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Hoffmann, R. A wiki for the life sciences where authorship matters. Nature Genetics (2008)
 
 
 
 
 

Cloning and characterization of Saccharomyces cerevisiae genes that confer L-methionine sulfoximine and tabtoxin resistance.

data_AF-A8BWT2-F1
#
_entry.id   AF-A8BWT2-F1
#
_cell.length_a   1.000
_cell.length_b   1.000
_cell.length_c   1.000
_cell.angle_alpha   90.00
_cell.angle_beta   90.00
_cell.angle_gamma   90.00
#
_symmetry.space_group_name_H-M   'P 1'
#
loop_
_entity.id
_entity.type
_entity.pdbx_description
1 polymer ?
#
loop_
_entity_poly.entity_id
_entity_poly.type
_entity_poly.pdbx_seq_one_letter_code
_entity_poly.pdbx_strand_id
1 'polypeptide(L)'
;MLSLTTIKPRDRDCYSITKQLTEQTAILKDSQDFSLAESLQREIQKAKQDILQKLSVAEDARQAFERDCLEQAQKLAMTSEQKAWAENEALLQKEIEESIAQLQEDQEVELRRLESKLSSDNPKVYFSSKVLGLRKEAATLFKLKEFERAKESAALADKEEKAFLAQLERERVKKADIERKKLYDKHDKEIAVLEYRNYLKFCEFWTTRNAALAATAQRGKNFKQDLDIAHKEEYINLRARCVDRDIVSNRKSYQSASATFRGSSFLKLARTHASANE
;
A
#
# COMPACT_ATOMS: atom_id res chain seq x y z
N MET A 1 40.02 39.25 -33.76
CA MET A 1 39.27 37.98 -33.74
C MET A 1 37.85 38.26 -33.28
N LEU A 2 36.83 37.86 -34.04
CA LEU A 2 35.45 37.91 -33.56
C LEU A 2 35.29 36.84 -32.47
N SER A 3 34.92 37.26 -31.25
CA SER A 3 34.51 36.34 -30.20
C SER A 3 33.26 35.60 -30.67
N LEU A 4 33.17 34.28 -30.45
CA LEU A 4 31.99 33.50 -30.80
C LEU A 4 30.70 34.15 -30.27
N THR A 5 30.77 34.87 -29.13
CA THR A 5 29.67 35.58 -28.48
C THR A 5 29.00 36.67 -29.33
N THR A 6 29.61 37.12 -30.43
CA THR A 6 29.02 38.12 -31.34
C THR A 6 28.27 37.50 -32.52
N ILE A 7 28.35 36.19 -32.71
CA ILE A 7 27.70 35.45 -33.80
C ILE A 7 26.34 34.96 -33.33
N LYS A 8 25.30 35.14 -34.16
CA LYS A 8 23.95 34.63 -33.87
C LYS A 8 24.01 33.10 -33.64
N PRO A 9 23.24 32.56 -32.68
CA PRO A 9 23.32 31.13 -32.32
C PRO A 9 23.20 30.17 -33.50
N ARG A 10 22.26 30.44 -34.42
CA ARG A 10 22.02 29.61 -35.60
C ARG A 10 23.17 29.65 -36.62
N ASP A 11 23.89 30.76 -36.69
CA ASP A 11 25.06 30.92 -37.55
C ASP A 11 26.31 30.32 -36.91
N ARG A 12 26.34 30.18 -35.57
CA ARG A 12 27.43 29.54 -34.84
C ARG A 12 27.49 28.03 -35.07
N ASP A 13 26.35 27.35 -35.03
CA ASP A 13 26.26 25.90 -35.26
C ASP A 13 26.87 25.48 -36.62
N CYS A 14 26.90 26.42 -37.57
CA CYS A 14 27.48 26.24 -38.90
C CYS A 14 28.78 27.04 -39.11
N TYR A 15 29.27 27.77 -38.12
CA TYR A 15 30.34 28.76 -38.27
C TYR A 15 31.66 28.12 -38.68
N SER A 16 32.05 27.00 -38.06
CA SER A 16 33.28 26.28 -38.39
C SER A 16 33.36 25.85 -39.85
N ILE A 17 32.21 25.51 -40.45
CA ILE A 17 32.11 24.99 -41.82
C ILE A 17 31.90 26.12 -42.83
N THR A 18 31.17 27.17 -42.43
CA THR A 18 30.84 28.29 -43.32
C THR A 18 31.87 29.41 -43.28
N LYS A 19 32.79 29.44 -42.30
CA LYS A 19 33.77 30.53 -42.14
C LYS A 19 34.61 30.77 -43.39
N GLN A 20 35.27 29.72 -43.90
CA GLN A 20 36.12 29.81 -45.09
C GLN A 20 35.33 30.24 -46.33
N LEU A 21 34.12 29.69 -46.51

Pseudomonas tabaci produces a toxin, tabtoxin, that causes wildfire disease in tobacco. The primary target of tabtoxin is presumed to be glutamine synthetase. Some effects of tabtoxin in tobacco can be mimicked by methionine sulfoximine (MSO), a compound that is known to inactivate glutamine synthetase. To understand how organisms can be made resistant to tabtoxin and MSO, we used Saccharomyces cerevisiae. We demonstrate that yeast strains carrying the glutamine synthetase gene, GLN1, on a multicopy plasmid overproduced glutamine synthetase and showed increased drug resistance. These and other data indicate that glutamine synthetase is the primary target of tabtoxin and MSO in S. cerevisiae. We also isolated three S. cerevisiae DNA inserts of 2.1, 2.3, and 2.8 kilobases that conferred tabtoxin and MSO resistance when the inserts were present on a multicopy plasmid. These plasmids conferred resistance to MSO by blocking intracellular transport of the drug. Transport appeared to occur by one or more methionine permeases. Resistance to tabtoxin could also occur by blockage of intracellular transport, but the drug was transported by some permease other than a methionine permease. These drug resistance plasmids did not block transport of citrulline, indicating that they did not affect the general amino acid permease.[1]

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